But Mr. Grove goes off the deep end big time when he writes that students should select a photo in which they’re posing with an award. That would be arrogant — and who likes arrogant people? Or a photo where you’re “the star of the team.” That’s narcissistic. Or “the world traveler.” In fact, Mr. Grove writes, “Part of being a well-rounded student is having a worldview that reaches farther [sic] than your hometown. If you’ve traveled across the U.S. or visited other countries, put some of those travel pictures in your Facebook profile. Read the mission statements of colleges, and you’ll often see an emphasis on global awareness.” Oy vey. And well rounded? Not exactly the phrase college admissions counselors are targeting. Contrary to what Mr. Grove writes, don’t emphasize how much you travel as you apply to college. That just means you can afford to travel — something college admissions counselors might be rather jealous of.
The silly photos that Mr. Grove suggests you showcase to admissions counselors don’t end there. He even suggests that a “prom goer” photo would paint you in a good light to college admissions counselors. Really? That’s just not the case. Just about every high schooler goes to prom. How does this paint you in a good light to an admissions counselor? The thinking here is: Just. Plain. Wrong.
While you’re here, check out this post on Facebook and College Admissions.Categories: College Admissions, College Social Media Tags: Facebook and College Admission, Facebook and College Admissions, Facebook Photos and College Admission, Facebook Photos and University Admission, University Admission and Facebook Photos
Kaplan put together some data on social media in admissions. There’s nothing revolutionary in their data and nothing we haven’t written about before, but they do present it in an interesting way. According to their infographic, 41% of law school admissions officers acknowledge that they have at some point Googled an applicant. 27% of business school admissions officers admit to Googling applicants. While 20% of college admissions officers admit the same.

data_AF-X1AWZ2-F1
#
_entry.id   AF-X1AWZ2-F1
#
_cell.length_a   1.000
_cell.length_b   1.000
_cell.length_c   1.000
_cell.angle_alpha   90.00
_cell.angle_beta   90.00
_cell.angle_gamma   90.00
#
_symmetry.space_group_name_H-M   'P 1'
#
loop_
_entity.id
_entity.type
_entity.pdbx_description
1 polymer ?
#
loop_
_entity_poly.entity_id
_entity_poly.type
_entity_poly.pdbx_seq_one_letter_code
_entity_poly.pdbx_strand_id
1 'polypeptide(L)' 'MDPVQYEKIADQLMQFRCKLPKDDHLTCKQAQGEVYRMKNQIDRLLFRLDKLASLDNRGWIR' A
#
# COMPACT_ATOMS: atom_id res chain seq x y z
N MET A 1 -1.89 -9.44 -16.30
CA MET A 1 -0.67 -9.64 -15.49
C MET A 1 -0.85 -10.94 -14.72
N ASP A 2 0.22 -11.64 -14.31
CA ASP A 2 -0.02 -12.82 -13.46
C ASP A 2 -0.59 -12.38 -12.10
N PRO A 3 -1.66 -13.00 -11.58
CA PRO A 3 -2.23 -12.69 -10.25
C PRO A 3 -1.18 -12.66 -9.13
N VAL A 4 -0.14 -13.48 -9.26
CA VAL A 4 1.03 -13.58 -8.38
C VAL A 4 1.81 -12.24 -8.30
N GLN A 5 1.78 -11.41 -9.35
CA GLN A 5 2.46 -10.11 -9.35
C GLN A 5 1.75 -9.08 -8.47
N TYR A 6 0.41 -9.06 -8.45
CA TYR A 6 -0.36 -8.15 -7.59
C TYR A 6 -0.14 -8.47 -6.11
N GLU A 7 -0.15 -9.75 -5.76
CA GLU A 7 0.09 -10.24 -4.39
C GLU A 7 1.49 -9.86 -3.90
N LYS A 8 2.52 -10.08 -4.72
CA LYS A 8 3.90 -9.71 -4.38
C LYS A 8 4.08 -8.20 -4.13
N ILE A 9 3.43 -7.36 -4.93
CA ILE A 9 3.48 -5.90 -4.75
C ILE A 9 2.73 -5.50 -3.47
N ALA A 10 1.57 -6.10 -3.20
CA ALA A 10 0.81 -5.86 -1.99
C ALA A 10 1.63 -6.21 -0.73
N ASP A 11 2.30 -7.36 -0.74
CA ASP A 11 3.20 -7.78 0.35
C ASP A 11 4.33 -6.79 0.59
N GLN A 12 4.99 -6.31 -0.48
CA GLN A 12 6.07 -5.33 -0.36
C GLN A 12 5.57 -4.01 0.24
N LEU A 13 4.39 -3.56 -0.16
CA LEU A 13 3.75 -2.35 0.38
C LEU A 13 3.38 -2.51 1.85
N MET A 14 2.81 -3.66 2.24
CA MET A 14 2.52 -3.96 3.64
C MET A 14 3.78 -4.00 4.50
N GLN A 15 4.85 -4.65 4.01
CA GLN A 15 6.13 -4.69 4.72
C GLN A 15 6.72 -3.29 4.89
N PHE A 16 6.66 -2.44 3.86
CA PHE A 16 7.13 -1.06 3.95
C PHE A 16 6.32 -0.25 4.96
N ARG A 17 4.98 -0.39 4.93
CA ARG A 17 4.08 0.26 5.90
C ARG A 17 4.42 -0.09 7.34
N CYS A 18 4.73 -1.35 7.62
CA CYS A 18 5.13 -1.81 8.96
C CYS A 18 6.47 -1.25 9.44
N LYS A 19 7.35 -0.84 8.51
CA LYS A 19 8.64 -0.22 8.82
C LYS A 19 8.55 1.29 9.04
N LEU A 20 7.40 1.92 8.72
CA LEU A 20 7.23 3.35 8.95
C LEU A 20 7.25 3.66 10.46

Meanwhile, 37% of law school admissions officers admit to having looked up an applicant on Facebook. 24% of business school admissions officers acknowledge the same, while the figure for college admissions officers is 22%. 32% of law school admissions officers claim they’ve found something in their searches that has negatively impacted a candidate. Of business school admissions officers, that statistic is 14%. And for college admissions officers, it’s 12%.
So if you’re applying to law school, definitely clean up your Facebook and Google search results. But that goes for business school and college applicants as well. Frankly, you should have a clean online reputation no matter where you’re applying because eventually you’re going to be applying for jobs. And when applying for jobs, employers Google. And Facebook. It is what it is. So clean up your mess if you’ve got one!
Check out this post on Social Media and College Admissions.Categories: Admissions Process, Applying to Graduate Schools, College Social Media Tags: Facebook in College Admissions, FB and College Admission, Google in College Admissions, Ivy League and Facebook, Social Media in Admissions
Everyone knows that Facebook was born in a Harvard University dorm room. But does everyone know which university has the most Facebook fans on its fan page? Yes, the answer is again Harvard. A few months ago, we wrote a post about which universities have the most Facebook fans. Topping the list was Harvard followed by University of Michigan, Ohio State University, Texas A&M, University of Texas, University of Florida, Penn State University, University of Alabama, Auburn University, and Michigan State University. No highly competitive school came anywhere near these universities in terms of Facebook fans on their fan page.